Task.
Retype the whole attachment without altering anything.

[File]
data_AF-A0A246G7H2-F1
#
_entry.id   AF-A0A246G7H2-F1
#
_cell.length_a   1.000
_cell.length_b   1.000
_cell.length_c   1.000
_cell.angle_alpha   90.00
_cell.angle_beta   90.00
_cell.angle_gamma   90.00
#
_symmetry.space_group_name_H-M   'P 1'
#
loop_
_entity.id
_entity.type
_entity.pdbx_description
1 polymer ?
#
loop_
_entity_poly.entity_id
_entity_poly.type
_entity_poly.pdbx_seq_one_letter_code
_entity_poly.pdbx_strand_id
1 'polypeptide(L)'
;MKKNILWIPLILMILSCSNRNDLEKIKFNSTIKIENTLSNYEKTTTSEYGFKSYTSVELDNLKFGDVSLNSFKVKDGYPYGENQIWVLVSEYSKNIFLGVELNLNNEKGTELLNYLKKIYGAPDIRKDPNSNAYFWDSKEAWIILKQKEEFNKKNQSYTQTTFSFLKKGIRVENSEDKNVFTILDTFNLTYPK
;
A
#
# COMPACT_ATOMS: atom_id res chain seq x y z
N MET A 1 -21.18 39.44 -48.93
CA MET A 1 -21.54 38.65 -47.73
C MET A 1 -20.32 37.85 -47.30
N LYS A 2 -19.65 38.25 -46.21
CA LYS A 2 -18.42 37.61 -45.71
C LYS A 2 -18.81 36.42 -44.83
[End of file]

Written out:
data_AF-A0A246G7H2-F1
#
_entry.id   AF-A0A246G7H2-F1
#
_cell.length_a   1.000
_cell.length_b   1.000
_cell.length_c   1.000
_cell.angle_alpha   90.00
_cell.angle_beta   90.00
_cell.angle_gamma   90.00
#
_symmetry.space_group_name_H-M   'P 1'
#
loop_
_entity.id
_entity.type
_entity.pdbx_description
1 polymer ?
#
loop_
_entity_poly.entity_id
_entity_poly.type
_entity_poly.pdbx_seq_one_letter_code
_entity_poly.pdbx_strand_id
1 'polypeptide(L)'
;MKKNILWIPLILMILSCSNRNDLEKIKFNSTIKIENTLSNYEKTTTSEYGFKSYTSVELDNLKFGDVSLNSFKVKDGYPYGENQIWVLVSEYSKNIFLGVELNLNNEKGTELLNYLKKIYGAPDIRKDPNSNAYFWDSKEAWIILKQKEEFNKKNQSYTQTTFSFLKKGIRVENSEDKNVFTILDTFNLTYPK
;
A
#
# COMPACT_ATOMS: atom_id res chain seq x y z
N MET A 1 -21.18 39.44 -48.93
CA MET A 1 -21.54 38.65 -47.73
C MET A 1 -20.32 37.85 -47.30
N LYS A 2 -19.65 38.25 -46.21
CA LYS A 2 -18.42 37.61 -45.71
C LYS A 2 -18.81 36.42 -44.83